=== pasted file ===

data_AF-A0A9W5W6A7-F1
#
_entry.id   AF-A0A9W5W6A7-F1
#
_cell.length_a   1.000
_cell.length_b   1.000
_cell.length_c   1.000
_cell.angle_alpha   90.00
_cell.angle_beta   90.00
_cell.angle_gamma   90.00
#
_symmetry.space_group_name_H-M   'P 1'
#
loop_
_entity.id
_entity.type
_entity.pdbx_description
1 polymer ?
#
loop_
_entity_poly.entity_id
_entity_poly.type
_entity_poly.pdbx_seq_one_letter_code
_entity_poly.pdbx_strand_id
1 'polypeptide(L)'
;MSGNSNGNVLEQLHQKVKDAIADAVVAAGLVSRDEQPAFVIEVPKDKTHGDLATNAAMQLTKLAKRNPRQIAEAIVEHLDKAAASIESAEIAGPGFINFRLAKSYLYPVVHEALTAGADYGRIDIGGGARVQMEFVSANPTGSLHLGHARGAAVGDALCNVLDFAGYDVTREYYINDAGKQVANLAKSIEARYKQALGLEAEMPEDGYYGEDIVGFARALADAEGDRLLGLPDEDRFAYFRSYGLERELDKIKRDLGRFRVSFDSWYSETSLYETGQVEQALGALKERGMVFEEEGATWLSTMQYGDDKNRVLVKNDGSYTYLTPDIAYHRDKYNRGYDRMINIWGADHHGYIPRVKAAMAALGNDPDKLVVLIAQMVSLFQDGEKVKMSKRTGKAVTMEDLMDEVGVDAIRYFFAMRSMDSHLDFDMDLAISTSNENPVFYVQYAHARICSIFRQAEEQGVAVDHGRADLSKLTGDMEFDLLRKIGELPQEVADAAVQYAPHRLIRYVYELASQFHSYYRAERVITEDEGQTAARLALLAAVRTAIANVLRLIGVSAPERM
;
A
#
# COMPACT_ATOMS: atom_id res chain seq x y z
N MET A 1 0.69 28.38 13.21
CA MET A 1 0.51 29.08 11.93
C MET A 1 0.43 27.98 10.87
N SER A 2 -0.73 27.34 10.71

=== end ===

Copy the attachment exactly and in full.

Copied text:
data_AF-A0A9W5W6A7-F1
#
_entry.id   AF-A0A9W5W6A7-F1
#
_cell.length_a   1.000
_cell.length_b   1.000
_cell.length_c   1.000
_cell.angle_alpha   90.00
_cell.angle_beta   90.00
_cell.angle_gamma   90.00
#
_symmetry.space_group_name_H-M   'P 1'
#
loop_
_entity.id
_entity.type
_entity.pdbx_description
1 polymer ?
#
loop_
_entity_poly.entity_id
_entity_poly.type
_entity_poly.pdbx_seq_one_letter_code
_entity_poly.pdbx_strand_id
1 'polypeptide(L)'
;MSGNSNGNVLEQLHQKVKDAIADAVVAAGLVSRDEQPAFVIEVPKDKTHGDLATNAAMQLTKLAKRNPRQIAEAIVEHLDKAAASIESAEIAGPGFINFRLAKSYLYPVVHEALTAGADYGRIDIGGGARVQMEFVSANPTGSLHLGHARGAAVGDALCNVLDFAGYDVTREYYINDAGKQVANLAKSIEARYKQALGLEAEMPEDGYYGEDIVGFARALADAEGDRLLGLPDEDRFAYFRSYGLERELDKIKRDLGRFRVSFDSWYSETSLYETGQVEQALGALKERGMVFEEEGATWLSTMQYGDDKNRVLVKNDGSYTYLTPDIAYHRDKYNRGYDRMINIWGADHHGYIPRVKAAMAALGNDPDKLVVLIAQMVSLFQDGEKVKMSKRTGKAVTMEDLMDEVGVDAIRYFFAMRSMDSHLDFDMDLAISTSNENPVFYVQYAHARICSIFRQAEEQGVAVDHGRADLSKLTGDMEFDLLRKIGELPQEVADAAVQYAPHRLIRYVYELASQFHSYYRAERVITEDEGQTAARLALLAAVRTAIANVLRLIGVSAPERM
;
A
#
# COMPACT_ATOMS: atom_id res chain seq x y z
N MET A 1 0.69 28.38 13.21
CA MET A 1 0.51 29.08 11.93
C MET A 1 0.43 27.98 10.87
N SER A 2 -0.73 27.34 10.71